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Scooter LaForge / Christopher Moss

56 Bogart Street, 212 966 4324
April 28 - June 3, 2012
Reception: Saturday, April 28, 6 - 8 PM
Web Site

Theodore:Art is pleased to present an exhibition of work by Scooter LaForge and Christopher Moss.

These two artists create artworks that acknowledge art historical precedents through the prism of personal obsession. Neither Moss nor LaForge are ‘outsider’ artists, but their respective practices place their oeuvres outside of critical fashion. If painting in an unpopular idiom is a kind of social protest, then both artists’ works could be construed as statements of protest.

In Scooter LaForge’s paintings, the wonderful evolves from the commonplace, and elements of dreams, both fantastic and frightful, emerge into the light of day. LaForge presents uncanny dislocations from the ordinary into realms of glamour and danger, revealing the surreal within the visceral banality of the real. The paintings illustrate the adventurous subconscious experience of his bewildered protagonists as recontextualized fairy tales. Fantasy elements—the witch, the ghost, the cat, the hand – serve as LaForge’s narrative dopplegangers. The visual allegories reflect the anxious mismatch between one’s inner life – that of hopes, daydreams, and visions – and the ambiguous allure of the real world.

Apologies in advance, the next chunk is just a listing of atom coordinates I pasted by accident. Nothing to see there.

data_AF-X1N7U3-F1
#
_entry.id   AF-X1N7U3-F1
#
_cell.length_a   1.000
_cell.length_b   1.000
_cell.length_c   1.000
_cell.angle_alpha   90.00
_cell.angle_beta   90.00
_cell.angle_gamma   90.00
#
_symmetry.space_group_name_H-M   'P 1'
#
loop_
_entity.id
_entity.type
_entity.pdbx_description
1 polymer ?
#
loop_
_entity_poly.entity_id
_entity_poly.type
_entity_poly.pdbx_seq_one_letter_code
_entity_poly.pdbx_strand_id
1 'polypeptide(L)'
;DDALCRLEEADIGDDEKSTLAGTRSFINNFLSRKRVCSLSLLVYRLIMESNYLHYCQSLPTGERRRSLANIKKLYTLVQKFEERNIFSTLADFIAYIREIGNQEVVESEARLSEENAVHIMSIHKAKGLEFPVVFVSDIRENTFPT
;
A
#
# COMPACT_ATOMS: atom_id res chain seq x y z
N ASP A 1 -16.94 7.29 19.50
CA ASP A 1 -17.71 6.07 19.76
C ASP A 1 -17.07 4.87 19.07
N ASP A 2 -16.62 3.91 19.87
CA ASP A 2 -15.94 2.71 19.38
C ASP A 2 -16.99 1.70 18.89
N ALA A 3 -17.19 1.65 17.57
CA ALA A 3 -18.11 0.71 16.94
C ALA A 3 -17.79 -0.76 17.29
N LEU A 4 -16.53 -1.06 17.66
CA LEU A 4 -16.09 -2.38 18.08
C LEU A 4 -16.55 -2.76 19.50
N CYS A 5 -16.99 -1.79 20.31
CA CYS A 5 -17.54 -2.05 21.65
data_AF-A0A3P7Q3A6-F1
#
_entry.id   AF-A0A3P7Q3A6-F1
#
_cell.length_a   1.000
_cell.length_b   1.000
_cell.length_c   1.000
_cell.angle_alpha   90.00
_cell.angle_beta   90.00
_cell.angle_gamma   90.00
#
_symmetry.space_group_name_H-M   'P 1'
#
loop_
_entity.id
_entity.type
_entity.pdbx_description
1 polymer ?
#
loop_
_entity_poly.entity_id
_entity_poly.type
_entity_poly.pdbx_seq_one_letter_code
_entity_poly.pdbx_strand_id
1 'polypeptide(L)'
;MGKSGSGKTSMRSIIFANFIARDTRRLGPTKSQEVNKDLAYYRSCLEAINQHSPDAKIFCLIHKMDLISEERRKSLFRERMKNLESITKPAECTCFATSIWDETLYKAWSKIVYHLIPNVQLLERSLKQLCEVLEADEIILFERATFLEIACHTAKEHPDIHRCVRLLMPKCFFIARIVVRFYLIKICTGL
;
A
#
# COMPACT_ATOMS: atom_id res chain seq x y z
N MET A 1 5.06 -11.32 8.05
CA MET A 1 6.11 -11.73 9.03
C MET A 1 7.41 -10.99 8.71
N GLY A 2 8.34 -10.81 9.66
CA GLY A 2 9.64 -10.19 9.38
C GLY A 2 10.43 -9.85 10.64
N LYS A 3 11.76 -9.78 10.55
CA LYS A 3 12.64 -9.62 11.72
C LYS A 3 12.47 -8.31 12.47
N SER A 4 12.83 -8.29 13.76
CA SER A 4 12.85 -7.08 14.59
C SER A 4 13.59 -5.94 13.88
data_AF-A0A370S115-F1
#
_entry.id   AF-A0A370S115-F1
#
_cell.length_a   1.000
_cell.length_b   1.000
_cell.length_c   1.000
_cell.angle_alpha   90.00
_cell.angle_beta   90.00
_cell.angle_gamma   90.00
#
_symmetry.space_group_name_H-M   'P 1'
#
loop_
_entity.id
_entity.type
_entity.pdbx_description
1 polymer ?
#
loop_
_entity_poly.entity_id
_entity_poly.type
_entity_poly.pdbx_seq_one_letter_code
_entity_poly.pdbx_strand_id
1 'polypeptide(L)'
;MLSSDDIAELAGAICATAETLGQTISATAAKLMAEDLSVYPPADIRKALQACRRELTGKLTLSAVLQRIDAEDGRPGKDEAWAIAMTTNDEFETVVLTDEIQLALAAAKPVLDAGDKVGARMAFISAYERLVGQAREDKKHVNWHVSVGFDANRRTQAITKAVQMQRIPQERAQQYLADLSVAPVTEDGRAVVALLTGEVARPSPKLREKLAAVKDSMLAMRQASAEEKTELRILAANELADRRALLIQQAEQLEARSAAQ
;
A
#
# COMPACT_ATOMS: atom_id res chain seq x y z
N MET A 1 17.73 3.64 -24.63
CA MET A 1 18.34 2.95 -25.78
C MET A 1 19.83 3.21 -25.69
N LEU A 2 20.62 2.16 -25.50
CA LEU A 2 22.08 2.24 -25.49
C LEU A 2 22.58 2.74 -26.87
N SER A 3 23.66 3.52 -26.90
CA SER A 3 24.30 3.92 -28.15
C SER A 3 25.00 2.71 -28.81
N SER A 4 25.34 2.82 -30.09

Christopher Moss paints with a certain kind of honesty, in a flatfooted narrative approach to art making. Seventy square paintings repeat the reductive form of a face in varied hues, settings and textures. The avatar – two dots and an line – is the ubiquitous lowest-common-denominator visual representation of the individual in cyberspace. There is a kind of anthropomorphization in the viewer’s perception of simple graphic shapes that typifies the best and worst tendencies of humankind, the entire spectrum of personality traits. As remnants of the social media landscape, or even just our social landscape, it’s not too hard to imagine these could exist outside computer technology, totems for some other purpose.
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